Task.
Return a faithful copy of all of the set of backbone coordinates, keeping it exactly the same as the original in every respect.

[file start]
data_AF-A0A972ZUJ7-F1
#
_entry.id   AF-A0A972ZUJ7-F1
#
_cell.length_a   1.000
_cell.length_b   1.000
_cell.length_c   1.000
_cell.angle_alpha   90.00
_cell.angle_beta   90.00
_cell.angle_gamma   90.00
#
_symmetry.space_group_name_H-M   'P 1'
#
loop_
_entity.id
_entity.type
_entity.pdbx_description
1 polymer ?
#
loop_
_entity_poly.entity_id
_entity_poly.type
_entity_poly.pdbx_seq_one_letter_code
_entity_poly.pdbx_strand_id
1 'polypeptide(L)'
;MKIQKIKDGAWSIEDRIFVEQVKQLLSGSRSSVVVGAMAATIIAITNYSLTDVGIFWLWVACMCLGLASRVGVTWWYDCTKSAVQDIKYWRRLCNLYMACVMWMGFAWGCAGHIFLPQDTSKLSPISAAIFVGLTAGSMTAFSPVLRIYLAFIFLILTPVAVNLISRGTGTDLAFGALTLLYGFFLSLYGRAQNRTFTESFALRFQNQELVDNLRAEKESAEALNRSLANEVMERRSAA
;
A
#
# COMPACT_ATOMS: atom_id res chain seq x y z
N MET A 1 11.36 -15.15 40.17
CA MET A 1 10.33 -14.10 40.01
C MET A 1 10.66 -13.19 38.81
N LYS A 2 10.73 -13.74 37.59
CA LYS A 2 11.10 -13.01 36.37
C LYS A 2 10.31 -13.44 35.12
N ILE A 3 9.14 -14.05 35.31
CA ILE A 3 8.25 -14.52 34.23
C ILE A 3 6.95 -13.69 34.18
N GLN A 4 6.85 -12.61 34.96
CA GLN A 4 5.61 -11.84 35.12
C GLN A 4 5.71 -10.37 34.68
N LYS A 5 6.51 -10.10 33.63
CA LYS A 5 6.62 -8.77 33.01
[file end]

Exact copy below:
data_AF-A0A972ZUJ7-F1
#
_entry.id   AF-A0A972ZUJ7-F1
#
_cell.length_a   1.000
_cell.length_b   1.000
_cell.length_c   1.000
_cell.angle_alpha   90.00
_cell.angle_beta   90.00
_cell.angle_gamma   90.00
#
_symmetry.space_group_name_H-M   'P 1'
#
loop_
_entity.id
_entity.type
_entity.pdbx_description
1 polymer ?
#
loop_
_entity_poly.entity_id
_entity_poly.type
_entity_poly.pdbx_seq_one_letter_code
_entity_poly.pdbx_strand_id
1 'polypeptide(L)'
;MKIQKIKDGAWSIEDRIFVEQVKQLLSGSRSSVVVGAMAATIIAITNYSLTDVGIFWLWVACMCLGLASRVGVTWWYDCTKSAVQDIKYWRRLCNLYMACVMWMGFAWGCAGHIFLPQDTSKLSPISAAIFVGLTAGSMTAFSPVLRIYLAFIFLILTPVAVNLISRGTGTDLAFGALTLLYGFFLSLYGRAQNRTFTESFALRFQNQELVDNLRAEKESAEALNRSLANEVMERRSAA
;
A
#
# COMPACT_ATOMS: atom_id res chain seq x y z
N MET A 1 11.36 -15.15 40.17
CA MET A 1 10.33 -14.10 40.01
C MET A 1 10.66 -13.19 38.81
N LYS A 2 10.73 -13.74 37.59
CA LYS A 2 11.10 -13.01 36.37
C LYS A 2 10.31 -13.44 35.12
N ILE A 3 9.14 -14.05 35.31
CA ILE A 3 8.25 -14.52 34.23
C ILE A 3 6.95 -13.69 34.18
N GLN A 4 6.85 -12.61 34.96
CA GLN A 4 5.61 -11.84 35.12
C GLN A 4 5.71 -10.37 34.68
N LYS A 5 6.51 -10.10 33.63
CA LYS A 5 6.62 -8.77 33.01